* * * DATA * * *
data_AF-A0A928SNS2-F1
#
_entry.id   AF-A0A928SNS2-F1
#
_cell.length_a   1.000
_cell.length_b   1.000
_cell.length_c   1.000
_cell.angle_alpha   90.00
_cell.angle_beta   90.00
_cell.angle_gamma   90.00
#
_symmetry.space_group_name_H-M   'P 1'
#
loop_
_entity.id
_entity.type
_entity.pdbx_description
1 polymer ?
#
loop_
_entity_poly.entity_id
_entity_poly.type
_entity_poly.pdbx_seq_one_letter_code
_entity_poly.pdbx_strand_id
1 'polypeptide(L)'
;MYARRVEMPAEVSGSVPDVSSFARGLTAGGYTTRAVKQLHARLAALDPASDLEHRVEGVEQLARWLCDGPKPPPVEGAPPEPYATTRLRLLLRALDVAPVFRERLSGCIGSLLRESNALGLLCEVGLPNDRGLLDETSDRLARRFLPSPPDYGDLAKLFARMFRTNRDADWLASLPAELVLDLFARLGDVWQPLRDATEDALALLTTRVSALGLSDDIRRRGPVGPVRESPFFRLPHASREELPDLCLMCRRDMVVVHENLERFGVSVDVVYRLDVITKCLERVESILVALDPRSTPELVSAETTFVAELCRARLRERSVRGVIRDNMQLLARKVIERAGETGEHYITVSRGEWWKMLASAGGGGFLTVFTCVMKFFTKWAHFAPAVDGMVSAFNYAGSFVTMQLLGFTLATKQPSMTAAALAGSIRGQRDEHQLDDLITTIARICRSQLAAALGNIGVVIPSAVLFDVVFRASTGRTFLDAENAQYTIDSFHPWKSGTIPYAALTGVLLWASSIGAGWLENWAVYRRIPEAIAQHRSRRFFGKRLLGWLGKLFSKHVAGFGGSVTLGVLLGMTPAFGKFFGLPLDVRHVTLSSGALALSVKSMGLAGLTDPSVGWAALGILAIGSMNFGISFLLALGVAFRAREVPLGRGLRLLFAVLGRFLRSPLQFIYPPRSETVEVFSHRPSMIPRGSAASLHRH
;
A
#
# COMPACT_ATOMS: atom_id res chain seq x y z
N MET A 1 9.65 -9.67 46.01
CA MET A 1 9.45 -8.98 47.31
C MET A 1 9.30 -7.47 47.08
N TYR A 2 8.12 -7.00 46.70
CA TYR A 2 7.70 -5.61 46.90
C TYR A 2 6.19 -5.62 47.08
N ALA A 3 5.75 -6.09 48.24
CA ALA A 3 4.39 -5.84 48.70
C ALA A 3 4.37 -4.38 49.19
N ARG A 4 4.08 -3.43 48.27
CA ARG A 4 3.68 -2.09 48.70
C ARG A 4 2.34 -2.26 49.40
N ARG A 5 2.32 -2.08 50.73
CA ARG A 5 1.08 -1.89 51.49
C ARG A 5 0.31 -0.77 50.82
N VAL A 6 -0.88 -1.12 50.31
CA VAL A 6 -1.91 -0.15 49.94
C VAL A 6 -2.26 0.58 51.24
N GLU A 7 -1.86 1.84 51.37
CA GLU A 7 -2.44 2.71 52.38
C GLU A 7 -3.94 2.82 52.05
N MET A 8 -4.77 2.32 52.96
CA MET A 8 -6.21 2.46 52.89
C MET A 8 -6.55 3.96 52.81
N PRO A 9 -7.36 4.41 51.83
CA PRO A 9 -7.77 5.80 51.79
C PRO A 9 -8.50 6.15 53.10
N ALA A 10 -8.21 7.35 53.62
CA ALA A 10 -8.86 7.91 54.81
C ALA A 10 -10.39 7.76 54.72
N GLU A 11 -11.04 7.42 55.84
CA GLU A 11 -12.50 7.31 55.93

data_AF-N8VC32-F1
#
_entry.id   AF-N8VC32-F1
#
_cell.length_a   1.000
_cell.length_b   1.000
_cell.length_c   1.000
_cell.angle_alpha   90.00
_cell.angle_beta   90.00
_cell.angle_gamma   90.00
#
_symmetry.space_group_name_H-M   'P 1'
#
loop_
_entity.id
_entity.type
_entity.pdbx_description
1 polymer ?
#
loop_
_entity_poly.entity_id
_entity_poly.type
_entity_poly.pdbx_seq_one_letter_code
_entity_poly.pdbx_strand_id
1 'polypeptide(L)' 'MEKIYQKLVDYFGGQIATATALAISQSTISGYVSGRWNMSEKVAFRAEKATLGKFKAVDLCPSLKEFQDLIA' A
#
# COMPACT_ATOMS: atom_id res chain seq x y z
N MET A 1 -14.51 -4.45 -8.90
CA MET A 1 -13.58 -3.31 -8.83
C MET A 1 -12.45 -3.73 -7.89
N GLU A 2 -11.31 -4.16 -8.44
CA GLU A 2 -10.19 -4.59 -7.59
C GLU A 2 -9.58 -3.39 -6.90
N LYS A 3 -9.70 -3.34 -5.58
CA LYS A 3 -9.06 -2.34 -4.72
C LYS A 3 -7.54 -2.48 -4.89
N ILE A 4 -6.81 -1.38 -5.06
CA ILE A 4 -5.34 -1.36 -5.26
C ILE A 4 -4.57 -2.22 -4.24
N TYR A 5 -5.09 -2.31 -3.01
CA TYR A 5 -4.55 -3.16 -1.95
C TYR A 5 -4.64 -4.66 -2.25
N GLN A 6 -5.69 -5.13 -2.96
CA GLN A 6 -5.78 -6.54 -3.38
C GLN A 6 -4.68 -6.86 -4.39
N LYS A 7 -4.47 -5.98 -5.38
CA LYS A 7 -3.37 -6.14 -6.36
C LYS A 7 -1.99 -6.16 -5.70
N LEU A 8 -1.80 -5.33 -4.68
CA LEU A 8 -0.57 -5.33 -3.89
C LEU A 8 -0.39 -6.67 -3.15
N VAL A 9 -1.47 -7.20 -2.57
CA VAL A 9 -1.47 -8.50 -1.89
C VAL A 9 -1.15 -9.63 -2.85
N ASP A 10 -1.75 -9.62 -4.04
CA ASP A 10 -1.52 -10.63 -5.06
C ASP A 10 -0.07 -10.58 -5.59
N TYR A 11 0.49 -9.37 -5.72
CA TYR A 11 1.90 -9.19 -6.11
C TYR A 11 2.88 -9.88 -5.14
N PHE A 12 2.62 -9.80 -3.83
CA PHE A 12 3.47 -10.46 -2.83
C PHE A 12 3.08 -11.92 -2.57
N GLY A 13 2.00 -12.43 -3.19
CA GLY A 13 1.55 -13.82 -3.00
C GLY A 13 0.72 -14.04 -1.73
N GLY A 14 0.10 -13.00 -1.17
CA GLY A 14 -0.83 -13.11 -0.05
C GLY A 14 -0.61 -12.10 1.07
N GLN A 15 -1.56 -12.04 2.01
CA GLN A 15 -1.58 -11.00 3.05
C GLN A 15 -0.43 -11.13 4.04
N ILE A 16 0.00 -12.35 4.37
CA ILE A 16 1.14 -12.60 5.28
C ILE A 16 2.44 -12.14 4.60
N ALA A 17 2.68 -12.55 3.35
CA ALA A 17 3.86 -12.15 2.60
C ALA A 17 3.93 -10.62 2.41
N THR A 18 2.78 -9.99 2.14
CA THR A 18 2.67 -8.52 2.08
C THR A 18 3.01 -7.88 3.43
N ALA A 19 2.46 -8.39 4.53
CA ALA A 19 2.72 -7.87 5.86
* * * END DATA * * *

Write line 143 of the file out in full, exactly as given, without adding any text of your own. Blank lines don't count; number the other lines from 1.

C THR A 18 3.01 -7.88 3.43